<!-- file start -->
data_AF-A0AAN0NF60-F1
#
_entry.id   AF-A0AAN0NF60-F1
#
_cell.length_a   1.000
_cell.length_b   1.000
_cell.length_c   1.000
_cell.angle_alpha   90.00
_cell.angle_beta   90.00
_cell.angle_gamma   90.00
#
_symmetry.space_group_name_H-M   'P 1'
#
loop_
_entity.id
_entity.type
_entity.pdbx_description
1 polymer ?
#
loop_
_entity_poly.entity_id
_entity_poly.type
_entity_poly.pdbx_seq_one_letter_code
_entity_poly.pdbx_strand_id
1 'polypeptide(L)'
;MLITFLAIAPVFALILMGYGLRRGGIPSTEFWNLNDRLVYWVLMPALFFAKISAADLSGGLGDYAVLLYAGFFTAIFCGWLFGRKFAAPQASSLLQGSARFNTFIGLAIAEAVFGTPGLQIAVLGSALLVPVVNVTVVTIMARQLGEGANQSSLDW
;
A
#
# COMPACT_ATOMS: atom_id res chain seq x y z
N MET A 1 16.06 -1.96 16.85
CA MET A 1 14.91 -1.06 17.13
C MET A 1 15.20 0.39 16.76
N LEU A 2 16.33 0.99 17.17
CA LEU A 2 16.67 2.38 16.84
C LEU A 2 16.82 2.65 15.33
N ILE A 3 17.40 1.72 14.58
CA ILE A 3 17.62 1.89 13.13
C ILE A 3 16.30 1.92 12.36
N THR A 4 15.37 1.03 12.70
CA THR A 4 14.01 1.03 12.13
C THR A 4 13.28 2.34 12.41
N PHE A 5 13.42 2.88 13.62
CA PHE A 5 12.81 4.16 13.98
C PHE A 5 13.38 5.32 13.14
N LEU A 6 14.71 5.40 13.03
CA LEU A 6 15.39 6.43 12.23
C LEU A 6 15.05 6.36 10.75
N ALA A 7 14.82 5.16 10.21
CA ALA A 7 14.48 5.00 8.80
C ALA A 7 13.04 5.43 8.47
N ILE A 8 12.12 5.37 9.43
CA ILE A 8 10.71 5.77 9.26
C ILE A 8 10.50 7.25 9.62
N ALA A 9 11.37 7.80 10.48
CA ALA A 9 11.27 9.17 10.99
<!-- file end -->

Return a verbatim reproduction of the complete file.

data_AF-A0AAN0NF60-F1
#
_entry.id   AF-A0AAN0NF60-F1
#
_cell.length_a   1.000
_cell.length_b   1.000
_cell.length_c   1.000
_cell.angle_alpha   90.00
_cell.angle_beta   90.00
_cell.angle_gamma   90.00
#
_symmetry.space_group_name_H-M   'P 1'
#
loop_
_entity.id
_entity.type
_entity.pdbx_description
1 polymer ?
#
loop_
_entity_poly.entity_id
_entity_poly.type
_entity_poly.pdbx_seq_one_letter_code
_entity_poly.pdbx_strand_id
1 'polypeptide(L)'
;MLITFLAIAPVFALILMGYGLRRGGIPSTEFWNLNDRLVYWVLMPALFFAKISAADLSGGLGDYAVLLYAGFFTAIFCGWLFGRKFAAPQASSLLQGSARFNTFIGLAIAEAVFGTPGLQIAVLGSALLVPVVNVTVVTIMARQLGEGANQSSLDW
;
A
#
# COMPACT_ATOMS: atom_id res chain seq x y z
N MET A 1 16.06 -1.96 16.85
CA MET A 1 14.91 -1.06 17.13
C MET A 1 15.20 0.39 16.76
N LEU A 2 16.33 0.99 17.17
CA LEU A 2 16.67 2.38 16.84
C LEU A 2 16.82 2.65 15.33
N ILE A 3 17.40 1.72 14.58
CA ILE A 3 17.62 1.89 13.13
C ILE A 3 16.30 1.92 12.36
N THR A 4 15.37 1.03 12.70
CA THR A 4 14.01 1.03 12.13
C THR A 4 13.28 2.34 12.41
N PHE A 5 13.42 2.88 13.62
CA PHE A 5 12.81 4.16 13.98
C PHE A 5 13.38 5.32 13.14
N LEU A 6 14.71 5.40 13.03
CA LEU A 6 15.39 6.43 12.23
C LEU A 6 15.05 6.36 10.75
N ALA A 7 14.82 5.16 10.21
CA ALA A 7 14.48 5.00 8.80
C ALA A 7 13.04 5.43 8.47
N ILE A 8 12.12 5.37 9.43
CA ILE A 8 10.71 5.77 9.26
C ILE A 8 10.50 7.25 9.62
N ALA A 9 11.37 7.80 10.48
CA ALA A 9 11.27 9.17 10.99